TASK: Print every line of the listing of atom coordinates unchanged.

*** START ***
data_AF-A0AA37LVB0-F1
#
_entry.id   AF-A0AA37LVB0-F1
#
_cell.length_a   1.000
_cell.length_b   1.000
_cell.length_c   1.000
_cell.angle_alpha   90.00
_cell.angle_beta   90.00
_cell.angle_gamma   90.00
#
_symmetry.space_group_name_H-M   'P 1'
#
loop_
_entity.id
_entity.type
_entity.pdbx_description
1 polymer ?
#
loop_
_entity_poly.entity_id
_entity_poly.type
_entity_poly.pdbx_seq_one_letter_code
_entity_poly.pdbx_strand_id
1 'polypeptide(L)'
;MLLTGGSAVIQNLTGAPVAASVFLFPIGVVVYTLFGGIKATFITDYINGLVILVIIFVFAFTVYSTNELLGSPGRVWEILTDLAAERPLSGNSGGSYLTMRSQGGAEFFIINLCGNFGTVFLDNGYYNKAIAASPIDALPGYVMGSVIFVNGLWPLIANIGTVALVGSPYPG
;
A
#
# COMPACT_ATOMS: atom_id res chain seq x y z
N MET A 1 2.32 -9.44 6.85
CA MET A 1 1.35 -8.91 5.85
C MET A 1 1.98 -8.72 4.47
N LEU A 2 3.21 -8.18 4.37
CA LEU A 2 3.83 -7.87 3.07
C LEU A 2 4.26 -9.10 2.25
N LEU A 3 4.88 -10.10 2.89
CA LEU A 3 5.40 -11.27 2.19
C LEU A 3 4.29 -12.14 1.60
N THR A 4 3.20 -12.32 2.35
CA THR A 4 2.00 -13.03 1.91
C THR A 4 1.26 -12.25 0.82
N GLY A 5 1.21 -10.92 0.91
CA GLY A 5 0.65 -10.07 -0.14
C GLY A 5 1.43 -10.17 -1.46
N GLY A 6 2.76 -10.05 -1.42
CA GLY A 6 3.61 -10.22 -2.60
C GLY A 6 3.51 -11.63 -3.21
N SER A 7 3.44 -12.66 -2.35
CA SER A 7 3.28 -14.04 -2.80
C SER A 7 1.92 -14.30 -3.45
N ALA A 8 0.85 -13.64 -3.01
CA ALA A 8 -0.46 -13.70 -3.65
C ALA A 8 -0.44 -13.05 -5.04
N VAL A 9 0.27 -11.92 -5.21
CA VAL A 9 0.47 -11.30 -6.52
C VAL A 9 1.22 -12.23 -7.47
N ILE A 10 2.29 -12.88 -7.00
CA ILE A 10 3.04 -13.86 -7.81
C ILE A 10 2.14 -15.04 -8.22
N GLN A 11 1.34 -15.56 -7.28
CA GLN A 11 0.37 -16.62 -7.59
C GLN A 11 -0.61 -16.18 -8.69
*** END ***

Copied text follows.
data_AF-A0AA37LVB0-F1
#
_entry.id   AF-A0AA37LVB0-F1
#
_cell.length_a   1.000
_cell.length_b   1.000
_cell.length_c   1.000
_cell.angle_alpha   90.00
_cell.angle_beta   90.00
_cell.angle_gamma   90.00
#
_symmetry.space_group_name_H-M   'P 1'
#
loop_
_entity.id
_entity.type
_entity.pdbx_description
1 polymer ?
#
loop_
_entity_poly.entity_id
_entity_poly.type
_entity_poly.pdbx_seq_one_letter_code
_entity_poly.pdbx_strand_id
1 'polypeptide(L)'
;MLLTGGSAVIQNLTGAPVAASVFLFPIGVVVYTLFGGIKATFITDYINGLVILVIIFVFAFTVYSTNELLGSPGRVWEILTDLAAERPLSGNSGGSYLTMRSQGGAEFFIINLCGNFGTVFLDNGYYNKAIAASPIDALPGYVMGSVIFVNGLWPLIANIGTVALVGSPYPG
;
A
#
# COMPACT_ATOMS: atom_id res chain seq x y z
N MET A 1 2.32 -9.44 6.85
CA MET A 1 1.35 -8.91 5.85
C MET A 1 1.98 -8.72 4.47
N LEU A 2 3.21 -8.18 4.37
CA LEU A 2 3.83 -7.87 3.07
C LEU A 2 4.26 -9.10 2.25
N LEU A 3 4.88 -10.10 2.89
CA LEU A 3 5.40 -11.27 2.19
C LEU A 3 4.29 -12.14 1.60
N THR A 4 3.20 -12.32 2.35
CA THR A 4 2.00 -13.03 1.91
C THR A 4 1.26 -12.25 0.82
N GLY A 5 1.21 -10.92 0.91
CA GLY A 5 0.65 -10.07 -0.14
C GLY A 5 1.43 -10.17 -1.46
N GLY A 6 2.76 -10.05 -1.42
CA GLY A 6 3.61 -10.22 -2.60
C GLY A 6 3.51 -11.63 -3.21
N SER A 7 3.44 -12.66 -2.35
CA SER A 7 3.28 -14.04 -2.80
C SER A 7 1.92 -14.30 -3.45
N ALA A 8 0.85 -13.64 -3.01
CA ALA A 8 -0.46 -13.70 -3.65
C ALA A 8 -0.44 -13.05 -5.04
N VAL A 9 0.27 -11.92 -5.21
CA VAL A 9 0.47 -11.30 -6.52
C VAL A 9 1.22 -12.23 -7.47
N ILE A 10 2.29 -12.88 -7.00
CA ILE A 10 3.04 -13.86 -7.81
C ILE A 10 2.14 -15.04 -8.22
N GLN A 11 1.34 -15.56 -7.28
CA GLN A 11 0.37 -16.62 -7.59
C GLN A 11 -0.61 -16.18 -8.69